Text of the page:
ISA Pharmaceuticals will work together with Regeneron to combine its immunotherapy against cancer induced by HPV infection with its partner’s PD-1 checkpoint inhibitor.
The human papillomavirus (HPV) is known for its ability to cause cancer, including cervical and head and neck cancer. Based in Leiden, the Netherlands, ISA Pharmaceuticals’ target choice is type 16 HPV, which is known to be present 55% of cervical cancers and 60% of head and neck cancers. As of today, the company will count with the help of Regeneron — a successful US biotech with six drugs already in the market — to boost its immunotherapy’s efficacy.
As part of the deal, Regeneron will provide an upfront payment and equity investment in ISA in exchange for an option to an exclusive global license to ISA Pharmaceuticals’ lead candidate, ISA101. Both parties will share the costs of the clinical trials testing the combination of ISA101 with Regeneron’s checkpoint inhibitor cemiplimab.
ISA101 is composed of 13 synthetic long peptides that match parts of two oncogenic proteins produced by HPV16. Unlike prophylactic vaccines for HPV16 already on the market, ISA’s HPV cancer vaccine has the potential to help the immune system fight the virus after the patient is infected. ISA101 is already being tested in Phase II trials for cervical, head and neck, anal and vulvar cancer.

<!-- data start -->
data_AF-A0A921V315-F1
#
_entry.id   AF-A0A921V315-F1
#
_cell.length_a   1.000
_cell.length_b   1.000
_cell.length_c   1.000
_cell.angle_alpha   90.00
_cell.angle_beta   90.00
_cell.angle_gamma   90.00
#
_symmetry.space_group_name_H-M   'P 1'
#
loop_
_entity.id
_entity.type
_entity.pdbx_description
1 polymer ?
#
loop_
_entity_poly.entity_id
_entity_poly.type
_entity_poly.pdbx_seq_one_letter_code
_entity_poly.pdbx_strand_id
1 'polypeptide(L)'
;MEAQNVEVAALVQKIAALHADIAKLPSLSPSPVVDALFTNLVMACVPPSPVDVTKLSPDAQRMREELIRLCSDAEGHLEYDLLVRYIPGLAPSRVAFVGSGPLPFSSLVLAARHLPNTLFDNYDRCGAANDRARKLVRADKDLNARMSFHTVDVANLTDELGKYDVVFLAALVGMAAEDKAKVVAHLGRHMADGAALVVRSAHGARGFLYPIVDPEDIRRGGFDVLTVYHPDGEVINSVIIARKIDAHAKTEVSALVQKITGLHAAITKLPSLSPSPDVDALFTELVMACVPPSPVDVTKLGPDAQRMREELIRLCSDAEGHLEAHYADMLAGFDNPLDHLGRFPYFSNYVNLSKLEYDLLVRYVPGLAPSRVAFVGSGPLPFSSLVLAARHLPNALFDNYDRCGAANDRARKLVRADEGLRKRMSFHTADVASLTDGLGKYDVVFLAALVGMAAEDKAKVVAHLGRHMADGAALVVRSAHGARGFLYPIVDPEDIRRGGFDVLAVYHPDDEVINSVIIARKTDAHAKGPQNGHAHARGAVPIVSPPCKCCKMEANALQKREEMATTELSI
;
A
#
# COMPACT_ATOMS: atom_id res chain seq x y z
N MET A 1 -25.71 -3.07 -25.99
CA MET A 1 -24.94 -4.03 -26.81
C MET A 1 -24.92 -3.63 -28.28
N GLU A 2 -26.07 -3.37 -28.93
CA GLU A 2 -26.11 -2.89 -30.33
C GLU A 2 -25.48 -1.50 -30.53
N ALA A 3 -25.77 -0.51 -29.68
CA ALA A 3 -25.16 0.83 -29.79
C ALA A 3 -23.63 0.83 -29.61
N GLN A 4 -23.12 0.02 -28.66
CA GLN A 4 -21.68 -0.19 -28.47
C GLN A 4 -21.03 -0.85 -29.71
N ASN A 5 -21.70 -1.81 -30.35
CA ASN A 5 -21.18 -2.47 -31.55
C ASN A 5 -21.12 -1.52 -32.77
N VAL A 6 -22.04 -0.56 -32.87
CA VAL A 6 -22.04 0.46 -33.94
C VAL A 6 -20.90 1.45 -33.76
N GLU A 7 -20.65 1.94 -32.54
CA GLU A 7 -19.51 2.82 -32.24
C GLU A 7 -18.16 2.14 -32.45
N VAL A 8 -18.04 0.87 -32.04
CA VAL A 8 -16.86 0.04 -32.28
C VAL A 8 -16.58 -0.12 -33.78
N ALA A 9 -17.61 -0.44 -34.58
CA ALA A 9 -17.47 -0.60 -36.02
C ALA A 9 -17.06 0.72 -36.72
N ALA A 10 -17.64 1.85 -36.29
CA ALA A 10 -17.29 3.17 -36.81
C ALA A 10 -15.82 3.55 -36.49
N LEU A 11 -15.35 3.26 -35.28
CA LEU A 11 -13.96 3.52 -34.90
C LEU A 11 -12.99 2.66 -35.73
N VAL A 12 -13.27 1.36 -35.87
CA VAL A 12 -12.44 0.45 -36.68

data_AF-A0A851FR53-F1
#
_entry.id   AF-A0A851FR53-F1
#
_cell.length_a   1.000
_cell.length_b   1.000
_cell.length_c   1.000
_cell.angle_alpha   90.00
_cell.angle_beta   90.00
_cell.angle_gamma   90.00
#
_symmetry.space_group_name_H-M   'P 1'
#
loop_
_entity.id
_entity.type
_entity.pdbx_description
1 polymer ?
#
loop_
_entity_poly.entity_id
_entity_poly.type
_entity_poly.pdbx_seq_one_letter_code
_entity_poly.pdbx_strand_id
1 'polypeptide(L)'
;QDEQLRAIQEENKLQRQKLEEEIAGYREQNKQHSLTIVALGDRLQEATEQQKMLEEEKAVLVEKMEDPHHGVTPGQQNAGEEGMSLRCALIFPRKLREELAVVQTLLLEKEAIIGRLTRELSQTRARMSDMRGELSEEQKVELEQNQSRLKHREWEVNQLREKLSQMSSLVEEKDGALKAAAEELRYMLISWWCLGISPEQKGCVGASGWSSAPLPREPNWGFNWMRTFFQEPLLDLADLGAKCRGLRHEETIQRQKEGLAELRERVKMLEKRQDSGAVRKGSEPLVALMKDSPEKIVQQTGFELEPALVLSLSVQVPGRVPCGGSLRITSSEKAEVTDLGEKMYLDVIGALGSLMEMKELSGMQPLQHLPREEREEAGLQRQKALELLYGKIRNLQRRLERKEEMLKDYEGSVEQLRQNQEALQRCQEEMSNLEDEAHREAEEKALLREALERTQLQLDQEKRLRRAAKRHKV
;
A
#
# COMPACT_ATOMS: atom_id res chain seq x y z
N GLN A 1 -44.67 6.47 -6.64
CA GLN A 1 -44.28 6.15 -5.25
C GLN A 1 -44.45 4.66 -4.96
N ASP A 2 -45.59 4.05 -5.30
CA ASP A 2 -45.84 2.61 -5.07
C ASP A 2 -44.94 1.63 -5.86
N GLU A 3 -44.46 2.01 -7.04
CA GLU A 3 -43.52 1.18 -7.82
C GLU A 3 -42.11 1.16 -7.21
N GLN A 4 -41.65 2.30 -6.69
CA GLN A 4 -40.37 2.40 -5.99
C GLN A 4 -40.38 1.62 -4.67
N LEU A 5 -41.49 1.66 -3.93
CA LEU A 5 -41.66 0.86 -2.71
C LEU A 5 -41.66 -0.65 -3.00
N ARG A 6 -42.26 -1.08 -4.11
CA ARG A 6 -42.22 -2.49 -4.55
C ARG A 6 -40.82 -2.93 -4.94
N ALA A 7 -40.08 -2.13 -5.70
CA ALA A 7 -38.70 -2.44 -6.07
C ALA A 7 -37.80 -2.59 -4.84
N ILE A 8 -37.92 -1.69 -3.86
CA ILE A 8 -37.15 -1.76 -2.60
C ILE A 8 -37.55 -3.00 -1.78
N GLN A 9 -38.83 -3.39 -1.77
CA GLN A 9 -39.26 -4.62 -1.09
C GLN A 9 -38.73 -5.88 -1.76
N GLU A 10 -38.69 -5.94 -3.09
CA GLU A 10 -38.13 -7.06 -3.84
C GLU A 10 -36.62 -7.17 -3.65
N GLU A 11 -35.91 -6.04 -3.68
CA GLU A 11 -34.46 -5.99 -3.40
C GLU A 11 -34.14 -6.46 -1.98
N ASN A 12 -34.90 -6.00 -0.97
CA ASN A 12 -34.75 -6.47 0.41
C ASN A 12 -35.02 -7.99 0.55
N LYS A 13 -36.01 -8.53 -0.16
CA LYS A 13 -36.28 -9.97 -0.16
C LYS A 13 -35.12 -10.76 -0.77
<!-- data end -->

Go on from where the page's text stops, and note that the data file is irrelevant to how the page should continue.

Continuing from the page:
Combining ISA101 with Regeneron’s cemiplimab could give the HPV cancer vaccine a boost in its efficacy. Cemiplimab is a checkpoint inhibitor that prevents the PD-1 receptor present in T cells from binding PD-L1, a protein cancer cells express to evade attacks from the immune system. By removing these “brakes” of the immune system, the attack against HPV16 viruses causing cancer could be stronger.
Checkpoint inhibitors against PD-1 and PD-L1 have created big expectations; all big pharma have their own on the market and there are over 1,100 trials testing them in combination with other cancer therapies. ISA Pharmaceuticals and Regeneron will have to prove that their particular combination is effective in a field where experts point out that many studies seem to be driven by hype rather than a robust and sound scientific rationale.
Images via Tatiana Shepeleva /Shutterstock; ISA Pharmaceuticals